South Australia’s first Buddhist burial grounds marked its inaugural interment in the garden’s cremation memorial wall last week with a traditional Buddhist ceremony.
As Lion’s Roar previously reported, the burial grounds opened on April 3 at Enfield Memorial Park in an effort to meet the needs of South Australia’s emerging Buddhist community.
While the first placement in the cremation memorial wall was a solemn occasion, Adelaide Cemeteries Authority Chief Executive Officer Robert Pitt says it was pleasing to start serving the needs of the state’s Buddhist community.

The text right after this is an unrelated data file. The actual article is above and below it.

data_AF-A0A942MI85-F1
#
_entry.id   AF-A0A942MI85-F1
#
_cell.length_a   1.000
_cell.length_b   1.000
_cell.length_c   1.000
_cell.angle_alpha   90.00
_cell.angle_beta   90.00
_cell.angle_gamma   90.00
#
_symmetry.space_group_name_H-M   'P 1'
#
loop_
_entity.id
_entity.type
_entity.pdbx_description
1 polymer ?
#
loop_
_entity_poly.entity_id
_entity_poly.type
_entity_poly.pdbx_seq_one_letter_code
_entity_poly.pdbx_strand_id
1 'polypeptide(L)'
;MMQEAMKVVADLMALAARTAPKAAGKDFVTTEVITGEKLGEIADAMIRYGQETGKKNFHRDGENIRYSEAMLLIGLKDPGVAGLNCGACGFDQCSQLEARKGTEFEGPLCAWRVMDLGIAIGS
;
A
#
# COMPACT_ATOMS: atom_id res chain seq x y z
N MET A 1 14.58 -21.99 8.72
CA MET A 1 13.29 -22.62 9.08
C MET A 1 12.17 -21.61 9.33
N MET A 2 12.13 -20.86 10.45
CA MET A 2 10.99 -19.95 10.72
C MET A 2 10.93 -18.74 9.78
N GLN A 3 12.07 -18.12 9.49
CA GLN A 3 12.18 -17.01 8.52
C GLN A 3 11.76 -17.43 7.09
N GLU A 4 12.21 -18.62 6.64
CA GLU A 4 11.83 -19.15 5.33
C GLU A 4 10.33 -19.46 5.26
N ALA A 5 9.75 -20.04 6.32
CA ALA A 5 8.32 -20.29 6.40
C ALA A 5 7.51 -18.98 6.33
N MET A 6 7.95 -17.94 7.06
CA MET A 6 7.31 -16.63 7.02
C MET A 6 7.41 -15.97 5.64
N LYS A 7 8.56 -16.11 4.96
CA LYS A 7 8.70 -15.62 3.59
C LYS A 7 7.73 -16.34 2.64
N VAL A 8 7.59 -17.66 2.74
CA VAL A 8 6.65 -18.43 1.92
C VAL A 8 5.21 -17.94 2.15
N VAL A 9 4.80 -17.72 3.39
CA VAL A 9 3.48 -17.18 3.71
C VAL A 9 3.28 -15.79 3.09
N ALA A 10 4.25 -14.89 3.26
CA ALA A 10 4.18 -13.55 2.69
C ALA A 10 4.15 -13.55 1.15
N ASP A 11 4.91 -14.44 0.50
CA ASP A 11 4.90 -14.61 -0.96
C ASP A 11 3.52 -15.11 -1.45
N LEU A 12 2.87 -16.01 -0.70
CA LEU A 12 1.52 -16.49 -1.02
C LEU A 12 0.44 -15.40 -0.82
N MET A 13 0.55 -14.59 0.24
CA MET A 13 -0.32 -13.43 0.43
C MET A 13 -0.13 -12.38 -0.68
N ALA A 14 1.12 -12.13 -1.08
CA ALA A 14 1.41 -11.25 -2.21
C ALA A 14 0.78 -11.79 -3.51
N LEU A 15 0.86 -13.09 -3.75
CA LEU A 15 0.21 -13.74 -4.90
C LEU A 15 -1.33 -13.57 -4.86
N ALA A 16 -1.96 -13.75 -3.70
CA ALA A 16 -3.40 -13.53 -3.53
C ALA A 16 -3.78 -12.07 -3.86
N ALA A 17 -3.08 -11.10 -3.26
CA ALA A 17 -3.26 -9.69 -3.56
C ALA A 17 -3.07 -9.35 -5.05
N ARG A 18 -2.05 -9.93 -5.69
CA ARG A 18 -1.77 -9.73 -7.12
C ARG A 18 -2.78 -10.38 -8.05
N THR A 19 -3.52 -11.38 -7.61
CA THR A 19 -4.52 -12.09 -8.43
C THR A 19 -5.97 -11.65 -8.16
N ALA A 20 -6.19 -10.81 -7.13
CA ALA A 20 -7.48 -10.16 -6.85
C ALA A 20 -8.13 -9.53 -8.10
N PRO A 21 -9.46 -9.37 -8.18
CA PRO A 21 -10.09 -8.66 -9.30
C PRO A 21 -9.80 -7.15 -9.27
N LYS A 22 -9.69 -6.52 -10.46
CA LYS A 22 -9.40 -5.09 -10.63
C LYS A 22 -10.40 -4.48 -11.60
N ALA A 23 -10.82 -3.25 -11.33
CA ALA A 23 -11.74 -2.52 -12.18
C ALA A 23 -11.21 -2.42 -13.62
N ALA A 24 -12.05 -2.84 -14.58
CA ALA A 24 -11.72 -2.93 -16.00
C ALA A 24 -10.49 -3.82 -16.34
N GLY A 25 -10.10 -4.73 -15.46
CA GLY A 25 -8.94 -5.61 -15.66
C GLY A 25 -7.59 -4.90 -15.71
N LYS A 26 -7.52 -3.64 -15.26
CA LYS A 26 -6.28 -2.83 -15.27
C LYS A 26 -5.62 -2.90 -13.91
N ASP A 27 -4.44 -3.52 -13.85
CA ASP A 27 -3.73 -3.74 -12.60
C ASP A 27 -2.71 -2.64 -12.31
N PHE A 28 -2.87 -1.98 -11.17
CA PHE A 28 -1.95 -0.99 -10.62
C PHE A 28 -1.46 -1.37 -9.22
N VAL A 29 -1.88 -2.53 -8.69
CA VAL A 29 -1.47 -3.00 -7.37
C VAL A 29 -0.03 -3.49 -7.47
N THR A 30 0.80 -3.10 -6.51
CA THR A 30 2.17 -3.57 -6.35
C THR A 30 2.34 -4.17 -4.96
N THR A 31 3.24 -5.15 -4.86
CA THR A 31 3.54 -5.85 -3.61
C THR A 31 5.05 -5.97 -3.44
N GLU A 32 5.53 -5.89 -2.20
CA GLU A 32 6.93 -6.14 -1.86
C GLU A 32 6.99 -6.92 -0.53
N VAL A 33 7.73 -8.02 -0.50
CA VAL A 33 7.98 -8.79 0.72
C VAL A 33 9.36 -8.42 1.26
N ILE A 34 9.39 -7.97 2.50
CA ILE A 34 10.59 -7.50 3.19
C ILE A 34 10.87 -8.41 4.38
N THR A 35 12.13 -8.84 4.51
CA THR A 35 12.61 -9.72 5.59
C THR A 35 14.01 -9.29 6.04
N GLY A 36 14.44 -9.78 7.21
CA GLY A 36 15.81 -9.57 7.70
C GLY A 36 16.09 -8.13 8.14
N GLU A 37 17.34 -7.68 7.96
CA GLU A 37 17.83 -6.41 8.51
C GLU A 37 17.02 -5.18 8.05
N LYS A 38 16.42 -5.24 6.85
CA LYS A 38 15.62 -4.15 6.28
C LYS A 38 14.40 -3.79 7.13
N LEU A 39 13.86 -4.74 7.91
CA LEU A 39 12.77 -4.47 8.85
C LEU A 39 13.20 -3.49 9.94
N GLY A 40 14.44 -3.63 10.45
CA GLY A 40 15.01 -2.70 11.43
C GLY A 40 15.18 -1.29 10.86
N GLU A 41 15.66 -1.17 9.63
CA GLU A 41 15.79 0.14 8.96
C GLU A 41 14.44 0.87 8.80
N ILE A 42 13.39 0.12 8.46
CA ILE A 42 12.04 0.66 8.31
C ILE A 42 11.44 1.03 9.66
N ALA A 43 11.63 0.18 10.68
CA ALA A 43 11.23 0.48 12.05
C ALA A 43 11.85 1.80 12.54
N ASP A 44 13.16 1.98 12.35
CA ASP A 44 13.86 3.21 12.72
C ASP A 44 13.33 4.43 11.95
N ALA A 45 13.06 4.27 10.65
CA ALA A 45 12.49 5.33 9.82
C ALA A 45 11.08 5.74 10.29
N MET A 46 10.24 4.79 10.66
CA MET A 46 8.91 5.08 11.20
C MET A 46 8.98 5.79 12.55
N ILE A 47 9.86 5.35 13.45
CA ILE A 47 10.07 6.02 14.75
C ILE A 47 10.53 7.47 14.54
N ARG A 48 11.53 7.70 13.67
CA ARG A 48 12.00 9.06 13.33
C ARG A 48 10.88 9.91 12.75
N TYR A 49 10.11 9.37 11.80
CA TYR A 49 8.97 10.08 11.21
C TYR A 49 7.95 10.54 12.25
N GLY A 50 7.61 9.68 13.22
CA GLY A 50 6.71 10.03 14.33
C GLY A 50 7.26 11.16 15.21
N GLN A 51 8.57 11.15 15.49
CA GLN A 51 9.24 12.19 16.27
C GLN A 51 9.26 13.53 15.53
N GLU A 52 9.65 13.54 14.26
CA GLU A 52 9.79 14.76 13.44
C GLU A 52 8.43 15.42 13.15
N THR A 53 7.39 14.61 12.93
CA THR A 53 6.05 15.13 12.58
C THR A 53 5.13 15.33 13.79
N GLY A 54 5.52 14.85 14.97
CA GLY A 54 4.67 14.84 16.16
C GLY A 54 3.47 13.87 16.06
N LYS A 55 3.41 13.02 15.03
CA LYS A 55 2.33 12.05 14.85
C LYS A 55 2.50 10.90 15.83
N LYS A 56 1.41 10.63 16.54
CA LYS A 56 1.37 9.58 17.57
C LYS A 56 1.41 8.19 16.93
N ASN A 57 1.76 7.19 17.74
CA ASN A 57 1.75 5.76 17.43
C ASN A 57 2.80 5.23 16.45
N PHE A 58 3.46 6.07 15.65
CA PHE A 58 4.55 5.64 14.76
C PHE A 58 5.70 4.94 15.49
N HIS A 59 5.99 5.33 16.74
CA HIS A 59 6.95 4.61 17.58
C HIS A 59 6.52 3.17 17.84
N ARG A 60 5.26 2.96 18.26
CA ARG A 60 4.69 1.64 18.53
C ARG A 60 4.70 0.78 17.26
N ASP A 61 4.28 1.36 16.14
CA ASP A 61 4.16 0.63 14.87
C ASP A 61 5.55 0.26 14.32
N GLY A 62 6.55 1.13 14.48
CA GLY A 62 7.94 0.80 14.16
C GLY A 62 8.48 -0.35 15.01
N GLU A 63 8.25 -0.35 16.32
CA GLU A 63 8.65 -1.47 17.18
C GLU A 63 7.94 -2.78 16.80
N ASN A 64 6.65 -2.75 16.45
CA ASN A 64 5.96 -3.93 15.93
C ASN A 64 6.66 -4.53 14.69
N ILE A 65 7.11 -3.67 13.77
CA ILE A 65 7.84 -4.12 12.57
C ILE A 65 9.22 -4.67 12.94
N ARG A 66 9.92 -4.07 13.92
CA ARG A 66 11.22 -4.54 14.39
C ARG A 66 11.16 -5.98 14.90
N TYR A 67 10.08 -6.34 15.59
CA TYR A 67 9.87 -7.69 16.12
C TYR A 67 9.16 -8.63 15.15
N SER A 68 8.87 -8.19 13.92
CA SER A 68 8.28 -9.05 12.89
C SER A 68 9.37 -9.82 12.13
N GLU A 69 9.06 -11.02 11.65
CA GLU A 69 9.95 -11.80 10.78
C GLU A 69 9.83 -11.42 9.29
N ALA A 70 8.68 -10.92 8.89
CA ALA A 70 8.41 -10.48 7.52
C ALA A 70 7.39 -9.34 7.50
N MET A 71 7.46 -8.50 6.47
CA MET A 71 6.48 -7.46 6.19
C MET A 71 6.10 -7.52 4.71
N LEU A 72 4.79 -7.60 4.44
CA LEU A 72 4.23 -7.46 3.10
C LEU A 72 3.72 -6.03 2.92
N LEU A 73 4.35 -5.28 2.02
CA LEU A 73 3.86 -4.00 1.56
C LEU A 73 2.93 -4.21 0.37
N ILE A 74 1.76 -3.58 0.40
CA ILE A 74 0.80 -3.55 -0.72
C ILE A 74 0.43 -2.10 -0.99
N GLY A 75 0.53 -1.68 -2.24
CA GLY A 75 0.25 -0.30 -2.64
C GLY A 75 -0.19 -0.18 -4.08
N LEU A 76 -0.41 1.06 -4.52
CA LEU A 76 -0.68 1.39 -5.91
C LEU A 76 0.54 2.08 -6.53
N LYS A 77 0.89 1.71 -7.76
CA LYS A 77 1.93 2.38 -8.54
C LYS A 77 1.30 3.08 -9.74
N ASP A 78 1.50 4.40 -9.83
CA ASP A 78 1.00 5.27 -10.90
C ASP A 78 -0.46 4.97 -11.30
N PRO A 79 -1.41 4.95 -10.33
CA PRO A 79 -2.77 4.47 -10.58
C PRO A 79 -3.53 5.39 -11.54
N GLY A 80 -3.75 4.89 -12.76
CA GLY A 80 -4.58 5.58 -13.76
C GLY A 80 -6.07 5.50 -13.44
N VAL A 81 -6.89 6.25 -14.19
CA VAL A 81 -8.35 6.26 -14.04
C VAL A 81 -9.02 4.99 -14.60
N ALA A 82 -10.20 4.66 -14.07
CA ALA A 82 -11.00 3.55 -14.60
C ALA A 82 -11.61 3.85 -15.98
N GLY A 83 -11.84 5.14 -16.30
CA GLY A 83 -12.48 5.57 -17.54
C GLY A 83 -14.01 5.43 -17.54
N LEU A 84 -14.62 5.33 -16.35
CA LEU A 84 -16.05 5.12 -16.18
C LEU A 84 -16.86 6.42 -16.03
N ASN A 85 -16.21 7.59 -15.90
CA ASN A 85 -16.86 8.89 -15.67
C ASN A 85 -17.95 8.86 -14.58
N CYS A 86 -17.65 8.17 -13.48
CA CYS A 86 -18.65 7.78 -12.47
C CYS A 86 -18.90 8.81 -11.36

“We’re really proud of the partnership we’ve developed with South Australia’s Buddhist community, and feel privileged to be able to create such a special place for Buddhists to gather and remember in death,” he said.
When the burial grounds officially opened in April, the garden was formally blessed by the late Most Venerable Thich Nhu Hue, and has also been visited and blessed by Senior Venerable Thich Nguyen Tang, one of Australia’s most revered monks.
The cremation memorial wall holds 120 family niches, and sits adjacent to the garden’s centrepiece, a four-meter tall Buddha statue. The grounds also feature an incense bowl and offering table, bodhi trees, and a circular road to allow funeral processions to circumnavigate the Buddha statue three times prior to interment.